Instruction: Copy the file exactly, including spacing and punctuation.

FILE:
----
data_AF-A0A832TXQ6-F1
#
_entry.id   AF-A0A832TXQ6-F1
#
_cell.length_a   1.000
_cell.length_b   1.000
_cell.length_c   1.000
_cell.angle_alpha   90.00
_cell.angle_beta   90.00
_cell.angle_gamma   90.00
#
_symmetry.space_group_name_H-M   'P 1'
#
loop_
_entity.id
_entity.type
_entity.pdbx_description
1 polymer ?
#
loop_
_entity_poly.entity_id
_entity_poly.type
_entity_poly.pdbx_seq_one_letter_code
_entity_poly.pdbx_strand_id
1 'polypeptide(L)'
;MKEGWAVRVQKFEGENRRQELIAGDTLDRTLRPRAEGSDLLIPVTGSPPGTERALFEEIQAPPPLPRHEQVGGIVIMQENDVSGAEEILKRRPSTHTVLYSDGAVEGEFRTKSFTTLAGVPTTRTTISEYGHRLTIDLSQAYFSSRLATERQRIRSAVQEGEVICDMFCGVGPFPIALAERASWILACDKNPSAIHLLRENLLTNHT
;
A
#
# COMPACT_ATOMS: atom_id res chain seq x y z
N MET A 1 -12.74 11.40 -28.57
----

data_AF-A0A832TXQ6-F1
#
_entry.id   AF-A0A832TXQ6-F1
#
_cell.length_a   1.000
_cell.length_b   1.000
_cell.length_c   1.000
_cell.angle_alpha   90.00
_cell.angle_beta   90.00
_cell.angle_gamma   90.00
#
_symmetry.space_group_name_H-M   'P 1'
#
loop_
_entity.id
_entity.type
_entity.pdbx_description
1 polymer ?
#
loop_
_entity_poly.entity_id
_entity_poly.type
_entity_poly.pdbx_seq_one_letter_code
_entity_poly.pdbx_strand_id
1 'polypeptide(L)'
;MKEGWAVRVQKFEGENRRQELIAGDTLDRTLRPRAEGSDLLIPVTGSPPGTERALFEEIQAPPPLPRHEQVGGIVIMQENDVSGAEEILKRRPSTHTVLYSDGAVEGEFRTKSFTTLAGVPTTRTTISEYGHRLTIDLSQAYFSSRLATERQRIRSAVQEGEVICDMFCGVGPFPIALAERASWILACDKNPSAIHLLRENLLTNHT
;
A
#
# COMPACT_ATOMS: atom_id res chain seq x y z
N MET A 1 -12.74 11.40 -28.57